“Of course, what’s excessive varies from person to person and in proportion to the time one can dedicate.”
“So you mean that if you’re under some kind of anesthesia, if you’re not consciously connected to your rectum when it’s penetrated, then you can damage it?”
“More or less,” G confirmed. 
“Makes sense,” I said.
“I know!” G concurred.  “Last but not least, Lance says, lubricants have the effect of further drying up the mucous.”
“Oh.  But that’s an even more dangerous thing to say!” I exclaimed, concerned.
“I know!  Especially since lubricants typically help when one is using a condom,” G agreed.
“Right!  Sounds as if he not only makes powerful enemies amidst the medical-pharmaceutical-disease-control lobbies-- he takes on the safer-sex industry as well!” I commented, agitated. 
“Note, however,” G responded, calmly, “that Lance never says that protection when having sex with a stranger is a bad idea.  He simply warns against excessive reliance on mechanical safety and excessive use of some of its products. ”
“Which is a little bit what you were attacked about when your book Gaia and the New Politics of Love was reviewed by a board member of Loving More?” I offered, ardently.[2]
“Yes.  You got it. ”
“Talking about the gut as a rainforest.  Makes a lot of sense.  If you think of all these invasive practices so common back in the days, it sounds as if they did a thorough job of logging the forest away.  The forest of one’s gut, I mean,” I muttered, half to myself.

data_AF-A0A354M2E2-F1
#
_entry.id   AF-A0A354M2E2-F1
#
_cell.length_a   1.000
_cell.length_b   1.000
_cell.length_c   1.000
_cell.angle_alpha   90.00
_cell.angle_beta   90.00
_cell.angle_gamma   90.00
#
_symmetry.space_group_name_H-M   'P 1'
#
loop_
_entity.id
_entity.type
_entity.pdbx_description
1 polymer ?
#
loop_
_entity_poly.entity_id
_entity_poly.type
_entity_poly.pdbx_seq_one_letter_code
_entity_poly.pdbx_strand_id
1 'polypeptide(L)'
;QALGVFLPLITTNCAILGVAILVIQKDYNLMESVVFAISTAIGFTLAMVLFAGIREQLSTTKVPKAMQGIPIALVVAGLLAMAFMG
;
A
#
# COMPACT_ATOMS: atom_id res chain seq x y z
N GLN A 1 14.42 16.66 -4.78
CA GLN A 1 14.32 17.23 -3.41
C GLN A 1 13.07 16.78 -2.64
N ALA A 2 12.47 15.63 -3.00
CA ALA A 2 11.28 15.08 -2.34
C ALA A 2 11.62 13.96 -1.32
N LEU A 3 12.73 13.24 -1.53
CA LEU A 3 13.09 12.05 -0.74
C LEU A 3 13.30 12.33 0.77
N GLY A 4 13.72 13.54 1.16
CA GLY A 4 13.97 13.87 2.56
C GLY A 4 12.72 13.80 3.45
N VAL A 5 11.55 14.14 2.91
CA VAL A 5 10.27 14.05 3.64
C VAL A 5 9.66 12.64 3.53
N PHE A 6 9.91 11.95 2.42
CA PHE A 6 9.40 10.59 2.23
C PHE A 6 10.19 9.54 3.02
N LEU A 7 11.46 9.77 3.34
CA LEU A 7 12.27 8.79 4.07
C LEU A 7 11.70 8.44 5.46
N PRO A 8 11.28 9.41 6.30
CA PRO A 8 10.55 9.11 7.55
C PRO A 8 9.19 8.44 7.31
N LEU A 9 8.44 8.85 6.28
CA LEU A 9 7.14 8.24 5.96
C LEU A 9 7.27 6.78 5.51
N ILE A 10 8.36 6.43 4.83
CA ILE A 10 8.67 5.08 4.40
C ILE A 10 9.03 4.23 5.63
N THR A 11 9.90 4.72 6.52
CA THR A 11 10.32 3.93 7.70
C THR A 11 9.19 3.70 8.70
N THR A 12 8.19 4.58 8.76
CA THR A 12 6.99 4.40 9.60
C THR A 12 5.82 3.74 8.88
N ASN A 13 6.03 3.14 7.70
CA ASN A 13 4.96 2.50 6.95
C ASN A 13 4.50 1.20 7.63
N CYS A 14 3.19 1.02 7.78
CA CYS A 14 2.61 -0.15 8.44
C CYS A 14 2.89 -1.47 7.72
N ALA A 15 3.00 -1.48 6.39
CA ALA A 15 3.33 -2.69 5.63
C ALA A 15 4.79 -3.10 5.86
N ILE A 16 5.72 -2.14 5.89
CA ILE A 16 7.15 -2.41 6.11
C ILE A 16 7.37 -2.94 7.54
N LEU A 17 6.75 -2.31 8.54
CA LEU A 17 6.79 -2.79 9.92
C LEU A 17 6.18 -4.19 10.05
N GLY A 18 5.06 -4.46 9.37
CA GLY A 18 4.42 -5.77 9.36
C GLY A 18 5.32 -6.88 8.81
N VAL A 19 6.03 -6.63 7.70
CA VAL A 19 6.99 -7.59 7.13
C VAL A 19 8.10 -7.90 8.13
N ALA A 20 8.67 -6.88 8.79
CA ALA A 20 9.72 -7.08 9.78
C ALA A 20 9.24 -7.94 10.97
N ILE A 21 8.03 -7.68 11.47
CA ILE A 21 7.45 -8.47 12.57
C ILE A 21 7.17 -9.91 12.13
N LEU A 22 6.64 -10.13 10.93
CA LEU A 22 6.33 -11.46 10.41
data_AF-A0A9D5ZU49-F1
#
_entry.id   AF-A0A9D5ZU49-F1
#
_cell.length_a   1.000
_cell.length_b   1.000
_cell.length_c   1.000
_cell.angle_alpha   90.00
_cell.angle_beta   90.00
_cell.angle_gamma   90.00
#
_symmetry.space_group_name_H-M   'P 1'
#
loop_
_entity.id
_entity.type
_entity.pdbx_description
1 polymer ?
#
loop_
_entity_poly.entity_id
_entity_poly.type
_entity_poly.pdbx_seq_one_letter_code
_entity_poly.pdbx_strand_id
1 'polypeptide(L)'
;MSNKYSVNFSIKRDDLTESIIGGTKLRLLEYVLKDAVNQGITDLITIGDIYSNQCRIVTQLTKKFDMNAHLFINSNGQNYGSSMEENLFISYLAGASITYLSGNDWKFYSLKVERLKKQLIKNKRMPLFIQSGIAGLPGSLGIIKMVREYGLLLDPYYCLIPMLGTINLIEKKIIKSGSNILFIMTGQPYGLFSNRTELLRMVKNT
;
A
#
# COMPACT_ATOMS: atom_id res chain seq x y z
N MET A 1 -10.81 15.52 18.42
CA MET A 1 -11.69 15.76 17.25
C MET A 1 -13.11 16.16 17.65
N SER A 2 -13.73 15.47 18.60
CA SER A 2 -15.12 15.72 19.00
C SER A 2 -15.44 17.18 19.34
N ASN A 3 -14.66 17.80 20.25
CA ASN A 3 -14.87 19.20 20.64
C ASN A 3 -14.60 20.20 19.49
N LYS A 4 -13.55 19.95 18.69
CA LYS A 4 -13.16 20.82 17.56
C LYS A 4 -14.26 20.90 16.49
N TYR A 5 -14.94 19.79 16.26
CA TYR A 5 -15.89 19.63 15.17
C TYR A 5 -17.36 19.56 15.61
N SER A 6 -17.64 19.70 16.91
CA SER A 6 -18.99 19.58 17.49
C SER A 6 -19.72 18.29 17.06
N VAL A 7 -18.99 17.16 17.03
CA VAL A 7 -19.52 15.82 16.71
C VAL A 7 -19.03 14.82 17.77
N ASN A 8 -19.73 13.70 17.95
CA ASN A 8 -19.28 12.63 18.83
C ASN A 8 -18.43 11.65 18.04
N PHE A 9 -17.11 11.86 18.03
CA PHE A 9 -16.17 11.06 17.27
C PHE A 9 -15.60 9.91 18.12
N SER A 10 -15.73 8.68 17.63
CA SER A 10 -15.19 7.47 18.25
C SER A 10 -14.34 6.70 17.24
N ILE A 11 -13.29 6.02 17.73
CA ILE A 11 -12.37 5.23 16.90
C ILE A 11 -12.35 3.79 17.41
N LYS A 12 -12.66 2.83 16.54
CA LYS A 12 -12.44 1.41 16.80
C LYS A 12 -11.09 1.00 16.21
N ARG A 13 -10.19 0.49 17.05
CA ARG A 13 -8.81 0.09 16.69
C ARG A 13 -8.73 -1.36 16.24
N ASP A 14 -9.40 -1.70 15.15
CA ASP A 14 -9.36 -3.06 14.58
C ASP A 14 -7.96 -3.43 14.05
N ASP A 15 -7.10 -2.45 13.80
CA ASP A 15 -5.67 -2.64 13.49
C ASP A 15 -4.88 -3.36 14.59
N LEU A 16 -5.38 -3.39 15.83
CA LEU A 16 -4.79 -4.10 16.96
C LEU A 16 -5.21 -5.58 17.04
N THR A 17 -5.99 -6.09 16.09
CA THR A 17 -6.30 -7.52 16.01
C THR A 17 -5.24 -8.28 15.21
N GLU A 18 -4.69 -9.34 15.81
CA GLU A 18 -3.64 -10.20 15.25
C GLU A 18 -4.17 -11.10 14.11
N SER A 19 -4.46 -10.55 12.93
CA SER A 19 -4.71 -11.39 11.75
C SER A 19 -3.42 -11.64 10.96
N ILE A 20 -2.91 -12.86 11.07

“Yeah, that’s exactly how Tony puts it,” G concurred, eager.  “It’s a matter of proportion.  You cut off a tree here and there--that’s good for the system.  But start logging the forest away, and your gut’s ecosystem is wiped out of commission before you know it.”
“Ouch!  I can see how that can get your immune system to collapse too.  Back in the days, did gay men know this?” I asked, apprehensive.
“No.  Official science was already controlled by big pharma interests.  Why would anybody find out?  There was no money in it.”
“There’s an old saying in Sardinia.  Comes to mind right now,” I offered: “‘madness is the only thing that water cannot wash away.’”
“Ok,” G responded, confused.  “And how does that apply?”
“Water is free, it runs in rivers and streams, and it can do most things, can heal most wounds.  It’s that simple.  When, on the other hand, medicine is for profit, if your illness can be healed cheaply you’ll never find out because nobody can make money off of you.”
“Got it,” said G, earnest.  “That’s why we’re lucky to have vernacular scientist like our friend Tony.”
“To me it made sense right away.”
“Because of Freud?” I asked, curious.
“Because of Freud--and other things.”
“How does Freud come into the picture? Did he try anal sex?” I probed.
“And you want me to tell you about that?”
“Ok.  We’ll get to it in a few days.”